May 2015 - On 7-8 May, more than 70 experts from 27 countries met in Berlin for the 15th Climate Technology Initiative (CTI) Workshop to discuss the relevance of market mechanisms for climate change mitigation in cities. The German Federal Ministry for the Environment, Nature Conservation and Nuclear Safety (BMU) had organised the workshop which provided a platform for exchange for policy experts, decision-makers, scientists and representatives of financial institutions who work on mitigation at the urban level and market-based climate instruments.
Under the heading "Market Mechanisms for Climate Action at the Urban Level" this year's CTI Workshop applied the perspective of market-based climate instruments to the city level. In addition to considering integrated climate action in cities, the workshop focused on the sectors buildings and construction, transport as well as waste and discussed the question of how market mechanisms are or can be applied in these sectors to reduce greenhouse gas (GHG) emissions effectively and sustainably.
One of the event's main insights was that particularly carbon market mechanisms can be relevant for mitigation actions in cities; their comprehensive implementation at the urban level depends to a great extent on the outcomes of the upcoming climate conference (COP) in Paris. At the moment, the low price for emissions certificates is the main barrier for a more extensive use of carbon market mechanisms; this also holds true for the city context.
In the opening panel discussion of the CTI Workshop two experts on market mechanisms joined two experts from the field of climate action in cities. The panel came to the conclusion that cities require more autonomy and competencies for implementing climate change mitigation measures that apply market mechanisms. Further, the panellists saw a significant potential for integrated approaches to climate actions at the city level that (i) combine mitigation and adaptation; and (ii) interlink horizontally with other city actors and initiatives as well as vertically with national initiatives. Apart from the upcoming COP in Paris the experts also pointed to the relevance of the HABITAT III Conference in Quito in 2016 that is also likely to give new impetus to climate change mitigation action at the city level.
This initial session was followed by a session dealing with the various types of market-based instruments for climate change mitigation. After the presentation of different instruments such as the Clean Development Mechanisms (CDM), Urban Emission Trading Schemes or New Market Mechanisms, the speakers discussed the relevance of these instruments for the city level. They highlighted the importance of market mechanisms' co-benefits for the urban level. For instance, non-quantifiable impacts such as a reduction in noise pollution or increased road safety can be stronger arguments for certain measures in the transport sector than emission reductions alone. To meet those specific challenges in the urban context, new methodologies need to be developed and applied. Moreover, Monitoring, Reporting and Verification (MRV) standards need to be harmonised with the specific requirements of the urban level. Finally, the panellists pointed to the fact that the selection of a specific instrument for mitigation actions always depends on the respective local conditions.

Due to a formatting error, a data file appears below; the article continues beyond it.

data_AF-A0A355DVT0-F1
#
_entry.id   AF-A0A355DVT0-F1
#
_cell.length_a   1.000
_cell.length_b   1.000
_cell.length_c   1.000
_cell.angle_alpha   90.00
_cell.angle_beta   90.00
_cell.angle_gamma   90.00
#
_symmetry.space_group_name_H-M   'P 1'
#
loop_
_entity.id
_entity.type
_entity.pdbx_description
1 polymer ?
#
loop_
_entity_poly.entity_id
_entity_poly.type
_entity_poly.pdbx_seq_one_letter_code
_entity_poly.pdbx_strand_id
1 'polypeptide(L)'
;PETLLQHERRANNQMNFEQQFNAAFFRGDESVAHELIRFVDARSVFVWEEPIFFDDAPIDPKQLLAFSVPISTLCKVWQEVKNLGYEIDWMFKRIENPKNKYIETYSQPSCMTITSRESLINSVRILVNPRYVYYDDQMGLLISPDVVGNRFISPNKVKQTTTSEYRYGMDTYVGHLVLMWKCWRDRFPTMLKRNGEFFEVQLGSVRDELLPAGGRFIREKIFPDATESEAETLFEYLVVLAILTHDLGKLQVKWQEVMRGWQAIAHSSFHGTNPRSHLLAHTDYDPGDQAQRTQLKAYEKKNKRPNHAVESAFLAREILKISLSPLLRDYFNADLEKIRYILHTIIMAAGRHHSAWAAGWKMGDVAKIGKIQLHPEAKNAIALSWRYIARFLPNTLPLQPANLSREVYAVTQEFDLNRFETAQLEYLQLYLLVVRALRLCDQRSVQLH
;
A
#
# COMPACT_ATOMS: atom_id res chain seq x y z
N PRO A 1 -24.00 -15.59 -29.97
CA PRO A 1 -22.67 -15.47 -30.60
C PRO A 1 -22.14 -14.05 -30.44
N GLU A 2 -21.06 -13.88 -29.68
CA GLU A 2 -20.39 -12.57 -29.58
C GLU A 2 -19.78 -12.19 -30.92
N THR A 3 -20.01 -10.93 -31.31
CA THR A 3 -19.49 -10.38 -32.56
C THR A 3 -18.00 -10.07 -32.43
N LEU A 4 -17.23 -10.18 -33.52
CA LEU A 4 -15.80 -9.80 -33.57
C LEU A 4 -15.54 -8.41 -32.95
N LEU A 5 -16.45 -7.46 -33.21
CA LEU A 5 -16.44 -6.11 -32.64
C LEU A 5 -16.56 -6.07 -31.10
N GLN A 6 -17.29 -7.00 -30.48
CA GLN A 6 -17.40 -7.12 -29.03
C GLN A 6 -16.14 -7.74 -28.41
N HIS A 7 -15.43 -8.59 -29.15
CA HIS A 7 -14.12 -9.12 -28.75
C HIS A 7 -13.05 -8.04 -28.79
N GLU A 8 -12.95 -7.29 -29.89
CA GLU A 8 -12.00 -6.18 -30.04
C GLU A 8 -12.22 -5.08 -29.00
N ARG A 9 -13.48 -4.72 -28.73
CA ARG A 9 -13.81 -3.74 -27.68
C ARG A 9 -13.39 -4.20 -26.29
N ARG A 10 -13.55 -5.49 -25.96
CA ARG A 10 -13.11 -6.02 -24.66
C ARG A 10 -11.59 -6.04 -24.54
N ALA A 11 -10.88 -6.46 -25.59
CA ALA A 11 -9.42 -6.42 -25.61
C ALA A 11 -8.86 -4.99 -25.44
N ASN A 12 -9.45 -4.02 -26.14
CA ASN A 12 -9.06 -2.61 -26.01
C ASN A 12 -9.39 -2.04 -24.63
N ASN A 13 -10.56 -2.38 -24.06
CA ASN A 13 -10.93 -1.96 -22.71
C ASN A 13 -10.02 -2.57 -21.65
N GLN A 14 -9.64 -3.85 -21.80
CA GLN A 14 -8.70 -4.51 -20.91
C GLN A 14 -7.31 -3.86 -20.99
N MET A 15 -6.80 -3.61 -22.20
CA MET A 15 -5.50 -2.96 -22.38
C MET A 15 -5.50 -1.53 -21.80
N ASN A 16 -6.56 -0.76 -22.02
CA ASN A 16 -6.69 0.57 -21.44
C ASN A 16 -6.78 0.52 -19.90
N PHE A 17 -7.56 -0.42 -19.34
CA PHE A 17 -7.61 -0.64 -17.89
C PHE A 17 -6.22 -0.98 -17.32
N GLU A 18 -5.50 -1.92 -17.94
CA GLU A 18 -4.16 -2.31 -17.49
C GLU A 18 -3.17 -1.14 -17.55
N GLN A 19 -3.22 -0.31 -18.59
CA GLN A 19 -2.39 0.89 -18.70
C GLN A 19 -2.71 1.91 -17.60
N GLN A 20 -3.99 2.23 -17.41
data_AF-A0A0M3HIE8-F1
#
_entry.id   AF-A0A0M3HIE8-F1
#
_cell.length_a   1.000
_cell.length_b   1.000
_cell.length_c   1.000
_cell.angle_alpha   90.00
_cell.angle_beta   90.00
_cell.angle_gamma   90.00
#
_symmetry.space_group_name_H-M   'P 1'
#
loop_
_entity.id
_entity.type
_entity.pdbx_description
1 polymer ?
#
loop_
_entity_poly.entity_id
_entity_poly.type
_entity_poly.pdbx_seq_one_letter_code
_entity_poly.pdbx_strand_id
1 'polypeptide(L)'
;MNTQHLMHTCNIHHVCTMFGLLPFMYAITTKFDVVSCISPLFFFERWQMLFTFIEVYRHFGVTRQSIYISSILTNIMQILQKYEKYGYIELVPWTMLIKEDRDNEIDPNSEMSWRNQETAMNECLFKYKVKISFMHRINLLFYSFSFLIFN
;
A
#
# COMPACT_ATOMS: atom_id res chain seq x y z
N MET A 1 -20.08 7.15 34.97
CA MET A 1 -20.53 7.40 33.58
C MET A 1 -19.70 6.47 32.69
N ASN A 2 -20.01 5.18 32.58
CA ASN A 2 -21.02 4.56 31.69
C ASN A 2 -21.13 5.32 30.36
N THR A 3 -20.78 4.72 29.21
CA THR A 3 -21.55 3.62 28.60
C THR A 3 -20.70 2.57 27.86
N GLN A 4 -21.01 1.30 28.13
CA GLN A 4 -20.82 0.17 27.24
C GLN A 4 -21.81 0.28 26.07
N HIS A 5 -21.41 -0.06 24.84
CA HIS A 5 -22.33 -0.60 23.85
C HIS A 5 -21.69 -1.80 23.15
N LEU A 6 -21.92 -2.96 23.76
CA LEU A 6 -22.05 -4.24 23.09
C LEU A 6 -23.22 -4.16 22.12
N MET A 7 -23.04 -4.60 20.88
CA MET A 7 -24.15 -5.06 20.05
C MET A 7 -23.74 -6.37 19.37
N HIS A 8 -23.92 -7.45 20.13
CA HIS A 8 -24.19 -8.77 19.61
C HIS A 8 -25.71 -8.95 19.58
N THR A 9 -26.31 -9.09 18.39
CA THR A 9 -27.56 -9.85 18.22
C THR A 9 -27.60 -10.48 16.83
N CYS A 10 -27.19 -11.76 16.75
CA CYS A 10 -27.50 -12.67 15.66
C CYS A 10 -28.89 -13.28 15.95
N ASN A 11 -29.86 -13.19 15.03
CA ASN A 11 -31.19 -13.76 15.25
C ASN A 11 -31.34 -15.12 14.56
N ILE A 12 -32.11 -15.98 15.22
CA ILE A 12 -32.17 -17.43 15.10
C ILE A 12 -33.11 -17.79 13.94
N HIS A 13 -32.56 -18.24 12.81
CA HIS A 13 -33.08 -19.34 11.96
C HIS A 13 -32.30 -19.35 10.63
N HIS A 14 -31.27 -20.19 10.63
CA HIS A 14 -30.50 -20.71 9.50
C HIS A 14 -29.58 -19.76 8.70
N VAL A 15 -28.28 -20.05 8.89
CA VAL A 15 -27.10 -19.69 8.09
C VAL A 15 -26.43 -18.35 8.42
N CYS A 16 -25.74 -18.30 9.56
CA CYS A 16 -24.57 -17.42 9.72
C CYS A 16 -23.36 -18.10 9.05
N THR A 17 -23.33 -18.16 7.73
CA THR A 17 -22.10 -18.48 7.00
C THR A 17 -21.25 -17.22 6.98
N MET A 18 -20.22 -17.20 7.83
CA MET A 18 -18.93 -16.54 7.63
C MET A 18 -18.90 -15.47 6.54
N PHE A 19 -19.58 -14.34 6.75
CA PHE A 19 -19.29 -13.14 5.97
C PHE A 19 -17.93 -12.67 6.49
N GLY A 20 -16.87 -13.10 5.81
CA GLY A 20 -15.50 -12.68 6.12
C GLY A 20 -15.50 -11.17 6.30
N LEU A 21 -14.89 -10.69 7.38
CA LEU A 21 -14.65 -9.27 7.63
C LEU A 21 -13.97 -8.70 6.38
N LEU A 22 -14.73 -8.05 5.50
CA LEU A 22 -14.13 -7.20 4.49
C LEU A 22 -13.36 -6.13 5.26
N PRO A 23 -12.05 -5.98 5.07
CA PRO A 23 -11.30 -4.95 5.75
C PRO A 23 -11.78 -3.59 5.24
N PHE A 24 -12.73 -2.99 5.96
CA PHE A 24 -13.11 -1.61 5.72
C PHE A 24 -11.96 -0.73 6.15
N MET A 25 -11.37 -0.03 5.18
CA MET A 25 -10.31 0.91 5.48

The following session on market-based mechanisms in the urban context clearly showed that some initiatives for mitigation actions at the city level already exist, while the application of market mechanisms is still in its infancy. Promoting their application is the mandate of various support programmes that commit themselves to the application of market mechanisms or the support of cities in their efforts for climate change mitigation in general. The last session of day 1 of the CTI Workshop was dedicated to these support programmes.
The second day of the Workshop focused on the urban sectors building and construction, transport, and waste. In three sessions the speakers presented projects, programmes and initiatives that apply market mechanisms in the respective sectors or show potential for such application. In all sectors, data collection, the establishment of baselines and the MRV of emission reductions continue to be key challenges.